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Behold the Carrot Mob!

Since companies are so focused on revenue, maybe we can use this to our benefit by organizing where we spend our money.

In San Francisco, an enterprising man did just that and it turned into a movement. After many inquiries (by bicycle) Brent Schulkin found a local convenience store that would donate 22% of its proceeds on a particular day if Mr. Schulkin would deliver hundreds of customers to the store. The first “Carrotmob” descended on that store and within only a few hours spent more than five times the store’s usual daily total. In exchange, the store invested that surplus to do a full lighting retrofit of their store, making it more energy efficient.

That effort has evolved into a network of Carrot Mobs around the globe, from Singapore to Finland. Here’s how they describe themselves on their website, www.carrotmob.org:

Carrotmob asks businesses to compete: Who will make the biggest change to their business in order to improve the world? The winner gets a reward: Our network will show up and spend money to support them. We can entice businesses to make social and environmental improvements if we give them a financial benefit for doing what we want. It’s the opposite of a boycott. Today we do community campaigns, and when enough people join we’ll have the power to change the largest companies in the world.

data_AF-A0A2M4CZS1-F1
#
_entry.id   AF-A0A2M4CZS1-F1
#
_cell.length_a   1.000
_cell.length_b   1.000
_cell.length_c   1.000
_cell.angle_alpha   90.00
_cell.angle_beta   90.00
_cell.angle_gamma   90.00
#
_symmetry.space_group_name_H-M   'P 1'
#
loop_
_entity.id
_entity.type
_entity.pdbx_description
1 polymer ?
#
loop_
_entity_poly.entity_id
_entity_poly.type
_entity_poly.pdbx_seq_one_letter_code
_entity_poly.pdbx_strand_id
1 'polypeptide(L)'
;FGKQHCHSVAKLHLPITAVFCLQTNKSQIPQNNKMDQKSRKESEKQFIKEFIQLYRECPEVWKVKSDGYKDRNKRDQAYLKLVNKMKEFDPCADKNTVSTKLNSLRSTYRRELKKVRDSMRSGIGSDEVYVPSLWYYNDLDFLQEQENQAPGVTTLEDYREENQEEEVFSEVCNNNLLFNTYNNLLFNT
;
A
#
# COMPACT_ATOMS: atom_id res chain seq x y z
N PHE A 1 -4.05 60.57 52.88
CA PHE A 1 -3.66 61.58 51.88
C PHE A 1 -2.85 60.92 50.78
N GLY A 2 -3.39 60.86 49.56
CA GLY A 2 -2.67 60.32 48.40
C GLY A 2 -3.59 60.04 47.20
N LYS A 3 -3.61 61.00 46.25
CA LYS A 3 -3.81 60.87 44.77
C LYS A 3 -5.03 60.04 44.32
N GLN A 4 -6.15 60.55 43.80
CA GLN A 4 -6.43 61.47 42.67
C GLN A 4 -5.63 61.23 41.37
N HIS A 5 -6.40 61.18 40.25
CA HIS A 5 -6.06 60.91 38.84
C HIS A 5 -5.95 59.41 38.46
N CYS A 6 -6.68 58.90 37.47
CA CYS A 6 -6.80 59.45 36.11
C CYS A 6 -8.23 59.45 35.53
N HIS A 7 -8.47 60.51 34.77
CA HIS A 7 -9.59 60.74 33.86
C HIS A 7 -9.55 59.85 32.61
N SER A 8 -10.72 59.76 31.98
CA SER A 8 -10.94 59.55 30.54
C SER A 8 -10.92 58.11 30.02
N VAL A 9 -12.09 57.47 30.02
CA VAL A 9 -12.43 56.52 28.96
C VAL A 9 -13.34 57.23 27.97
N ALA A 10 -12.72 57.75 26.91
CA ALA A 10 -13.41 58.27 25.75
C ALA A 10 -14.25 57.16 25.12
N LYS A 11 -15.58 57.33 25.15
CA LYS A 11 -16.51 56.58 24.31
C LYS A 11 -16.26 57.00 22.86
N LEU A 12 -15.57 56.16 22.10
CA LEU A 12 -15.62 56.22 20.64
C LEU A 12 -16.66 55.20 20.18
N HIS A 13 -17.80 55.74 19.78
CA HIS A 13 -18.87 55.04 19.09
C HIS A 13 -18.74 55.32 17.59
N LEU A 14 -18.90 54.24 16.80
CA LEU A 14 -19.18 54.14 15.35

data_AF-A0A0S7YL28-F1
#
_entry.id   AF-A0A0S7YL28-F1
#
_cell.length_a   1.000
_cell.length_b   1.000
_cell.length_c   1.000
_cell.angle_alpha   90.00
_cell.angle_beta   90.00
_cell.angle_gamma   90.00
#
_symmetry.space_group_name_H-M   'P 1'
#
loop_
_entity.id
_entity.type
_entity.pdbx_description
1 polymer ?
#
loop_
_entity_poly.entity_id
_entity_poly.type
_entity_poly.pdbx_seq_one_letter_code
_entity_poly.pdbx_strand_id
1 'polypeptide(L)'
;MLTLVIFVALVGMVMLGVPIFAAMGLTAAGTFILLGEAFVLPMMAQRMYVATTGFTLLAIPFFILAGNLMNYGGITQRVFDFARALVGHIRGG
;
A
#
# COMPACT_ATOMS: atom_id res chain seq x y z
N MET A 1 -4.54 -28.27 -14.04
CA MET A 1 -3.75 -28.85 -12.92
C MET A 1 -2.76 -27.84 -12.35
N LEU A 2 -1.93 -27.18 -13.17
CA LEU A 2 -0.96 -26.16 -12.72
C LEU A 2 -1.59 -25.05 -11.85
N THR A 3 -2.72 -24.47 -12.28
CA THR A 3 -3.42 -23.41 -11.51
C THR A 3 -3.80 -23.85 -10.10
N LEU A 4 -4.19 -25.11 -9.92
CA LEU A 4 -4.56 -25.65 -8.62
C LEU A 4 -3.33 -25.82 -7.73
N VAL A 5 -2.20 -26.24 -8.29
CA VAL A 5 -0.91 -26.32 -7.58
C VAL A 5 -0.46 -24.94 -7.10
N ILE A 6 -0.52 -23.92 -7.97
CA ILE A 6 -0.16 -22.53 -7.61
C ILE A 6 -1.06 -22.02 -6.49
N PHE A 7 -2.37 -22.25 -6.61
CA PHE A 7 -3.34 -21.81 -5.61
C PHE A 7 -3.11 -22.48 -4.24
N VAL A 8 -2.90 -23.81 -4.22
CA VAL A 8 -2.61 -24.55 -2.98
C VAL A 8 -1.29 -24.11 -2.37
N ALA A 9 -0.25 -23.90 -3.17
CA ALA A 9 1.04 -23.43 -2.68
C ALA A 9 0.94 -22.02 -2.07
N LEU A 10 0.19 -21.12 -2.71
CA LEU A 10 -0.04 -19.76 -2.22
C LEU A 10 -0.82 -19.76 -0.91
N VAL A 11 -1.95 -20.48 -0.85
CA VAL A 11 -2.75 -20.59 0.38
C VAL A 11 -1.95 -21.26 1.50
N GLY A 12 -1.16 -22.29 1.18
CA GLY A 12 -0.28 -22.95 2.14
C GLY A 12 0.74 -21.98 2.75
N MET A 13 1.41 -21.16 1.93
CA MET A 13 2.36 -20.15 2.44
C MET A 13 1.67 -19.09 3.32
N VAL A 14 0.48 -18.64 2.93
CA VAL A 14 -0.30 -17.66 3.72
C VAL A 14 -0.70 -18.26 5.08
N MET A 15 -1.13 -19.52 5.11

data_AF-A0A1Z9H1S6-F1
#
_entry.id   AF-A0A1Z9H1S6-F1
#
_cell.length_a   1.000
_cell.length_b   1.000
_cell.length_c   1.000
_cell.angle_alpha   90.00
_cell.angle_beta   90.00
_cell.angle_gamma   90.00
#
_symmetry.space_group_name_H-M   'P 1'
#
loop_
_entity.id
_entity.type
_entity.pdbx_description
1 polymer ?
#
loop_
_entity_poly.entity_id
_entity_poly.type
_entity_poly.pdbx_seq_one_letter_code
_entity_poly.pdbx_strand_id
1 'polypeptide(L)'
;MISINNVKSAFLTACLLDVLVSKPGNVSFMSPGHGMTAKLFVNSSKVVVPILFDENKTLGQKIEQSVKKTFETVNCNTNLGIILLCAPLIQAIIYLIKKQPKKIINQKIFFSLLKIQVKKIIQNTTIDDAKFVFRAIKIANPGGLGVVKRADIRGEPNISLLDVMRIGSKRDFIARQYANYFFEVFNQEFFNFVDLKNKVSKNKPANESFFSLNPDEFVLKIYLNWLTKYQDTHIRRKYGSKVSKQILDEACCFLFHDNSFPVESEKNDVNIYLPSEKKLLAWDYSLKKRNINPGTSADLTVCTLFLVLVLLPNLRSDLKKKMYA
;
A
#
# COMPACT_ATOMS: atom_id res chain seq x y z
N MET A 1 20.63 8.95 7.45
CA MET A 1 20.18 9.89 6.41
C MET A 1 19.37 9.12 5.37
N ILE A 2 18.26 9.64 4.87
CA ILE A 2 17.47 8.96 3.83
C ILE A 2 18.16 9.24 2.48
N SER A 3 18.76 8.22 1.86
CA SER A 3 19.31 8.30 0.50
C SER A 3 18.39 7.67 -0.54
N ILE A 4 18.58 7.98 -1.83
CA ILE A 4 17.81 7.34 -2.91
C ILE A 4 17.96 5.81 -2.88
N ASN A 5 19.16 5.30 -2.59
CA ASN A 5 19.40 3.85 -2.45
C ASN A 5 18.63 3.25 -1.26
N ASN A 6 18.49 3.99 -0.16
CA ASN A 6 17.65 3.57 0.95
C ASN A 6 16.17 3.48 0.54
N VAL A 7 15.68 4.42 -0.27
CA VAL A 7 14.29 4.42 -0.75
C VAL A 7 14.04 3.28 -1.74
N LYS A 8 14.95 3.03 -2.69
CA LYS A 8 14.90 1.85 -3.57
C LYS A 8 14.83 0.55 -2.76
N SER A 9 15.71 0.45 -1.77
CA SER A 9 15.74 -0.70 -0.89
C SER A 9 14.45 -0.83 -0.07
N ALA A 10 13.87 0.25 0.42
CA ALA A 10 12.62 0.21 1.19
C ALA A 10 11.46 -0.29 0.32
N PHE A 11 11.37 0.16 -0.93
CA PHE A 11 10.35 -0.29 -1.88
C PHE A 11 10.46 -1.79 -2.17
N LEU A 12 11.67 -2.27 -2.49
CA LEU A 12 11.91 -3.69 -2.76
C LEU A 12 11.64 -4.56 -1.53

The Public Radio show Living on Earth recently reported the Carrot Mob phenomenon. Listen to the story and watch the video linked here.

How could we do something like this in Needham?  Any ideas?

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One Comment

  1. Michael Greis says:

    Various business news sources report that Google may be about to pay up to $6 billion to buy Groupon. Groupon’s business model, if you’re not already participating in it, is focused on promoting small local businesses online. Each day, Groupon sends out a special deal for a small businesses (for example, $50 worth of food for $25 from a restaurant). If enough people sign up for the deal that day, it takes effect and all those people get the online coupon to redeem with the merchant.

    Same idea in many ways as the Carrot Mob. The merchant gets a significant stream of business in exchange for engaging in a specific behavior (providing a discount or investing in energy efficiency). It’s local and it apparently works very well. Not clear how profitable the company is, but as it stands, customers seem to like it and respond, and investors are poised to make a killing.